The Sparks Fly article in the last issue [“Sparks Fly: City Struggles to Locate, Regulate New Electrical Substations,” Aug. 3, Xpress] was well-laid-out and informative. There were some statements however, that should be debated and clarified. If the Western Carolinas Modernization and Expansion project was truly a “modernization” project, then Duke Energy Progress would not be trying to cram 100-year-old, air-cooled, ugly substations into the downtown urban core. They would use more modern technology and design that encased the substation in a building with a small footprint, using gas-insulated substation technology.
Second, there is no data to back up the statement by company spokesman [Tim] Pettit that a gas-insulated substation has a tenfold increase in costs. Readily available literature states that the cost may be twice as much, but property savings somewhat offset that cost. Duke has $16 million invested in property around Asheville that they could resell and use the difference to put in a modern substation. The Hilliard site is “a densely populated urban area.”
The city has removed two other sites that are more suitable to installing the old “not modern” air-cooled substation from discussion. Both the Matthews Ford site and the Isaac Dickson site would have allowed a 100-foot setback from the substation and even 50 feet of vegetation. One of the city’s justifications per Mayor [Esther] Manheimer is “that you can’t have a tax-credit-financed redevelopment within 500 feet of a substation.” This is not true! The source of funding for the tax credit for the Lee Walker Heights redevelopment is “LIHTC.” The 2016 Qualified Application Plan for LIHTC states that you get six points if not within 500 feet of a substation, but there is no prohibition. This information is easy to access, and hopefully the city will drop that justification.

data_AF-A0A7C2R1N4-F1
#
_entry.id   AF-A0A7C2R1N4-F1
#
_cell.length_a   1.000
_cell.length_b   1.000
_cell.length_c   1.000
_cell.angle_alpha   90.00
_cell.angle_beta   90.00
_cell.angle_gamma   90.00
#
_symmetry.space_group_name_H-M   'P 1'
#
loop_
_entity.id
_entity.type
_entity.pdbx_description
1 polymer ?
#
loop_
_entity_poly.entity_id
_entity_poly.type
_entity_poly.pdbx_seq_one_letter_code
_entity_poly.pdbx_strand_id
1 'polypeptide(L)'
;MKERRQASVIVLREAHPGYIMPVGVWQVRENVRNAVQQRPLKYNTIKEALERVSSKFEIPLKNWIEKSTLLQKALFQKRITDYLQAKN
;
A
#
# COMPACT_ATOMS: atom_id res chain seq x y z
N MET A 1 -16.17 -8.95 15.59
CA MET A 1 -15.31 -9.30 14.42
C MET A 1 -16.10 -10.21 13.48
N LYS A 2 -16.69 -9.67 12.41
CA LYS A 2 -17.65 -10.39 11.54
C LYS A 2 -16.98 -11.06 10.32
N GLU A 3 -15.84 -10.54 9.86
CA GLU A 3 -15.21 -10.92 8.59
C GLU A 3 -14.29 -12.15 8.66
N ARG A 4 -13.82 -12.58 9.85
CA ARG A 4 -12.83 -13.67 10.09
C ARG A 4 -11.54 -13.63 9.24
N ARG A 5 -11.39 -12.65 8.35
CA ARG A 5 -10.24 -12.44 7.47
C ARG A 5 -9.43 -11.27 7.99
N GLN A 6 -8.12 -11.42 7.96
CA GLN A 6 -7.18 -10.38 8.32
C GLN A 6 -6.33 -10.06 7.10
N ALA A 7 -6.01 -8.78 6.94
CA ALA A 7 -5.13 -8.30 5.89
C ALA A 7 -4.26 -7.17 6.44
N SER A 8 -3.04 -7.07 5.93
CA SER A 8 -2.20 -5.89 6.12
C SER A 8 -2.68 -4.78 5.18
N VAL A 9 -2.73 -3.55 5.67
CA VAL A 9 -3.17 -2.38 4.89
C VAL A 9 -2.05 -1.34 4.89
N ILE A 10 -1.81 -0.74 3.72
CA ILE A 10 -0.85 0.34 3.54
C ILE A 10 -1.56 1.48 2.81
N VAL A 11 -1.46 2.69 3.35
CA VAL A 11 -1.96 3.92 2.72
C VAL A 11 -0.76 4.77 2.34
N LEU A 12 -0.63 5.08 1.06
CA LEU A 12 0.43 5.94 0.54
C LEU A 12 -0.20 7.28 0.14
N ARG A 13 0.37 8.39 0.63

If you read the Lee Walker development plan, it does not require the Matthews Ford site for anything other than Phase 2. Phase 2 has nothing to do with the redevelopment of Lee Walker. Phase 2 promises to bring small retail, some market-rate housing, some subsidized housing, a parking garage, etc. The city does not need more retail along Biltmore Avenue. Phase 2 is all about providing a developer with prime real estate to build more commercial space along a primarily medical corridor.
The city should allow Duke to build the substation at the Matthews Ford site if Duke insists on “not modern” air-cooled substations. It will not create a public eyesore that is seen constantly by residents and tourists!
— Betsy Sterling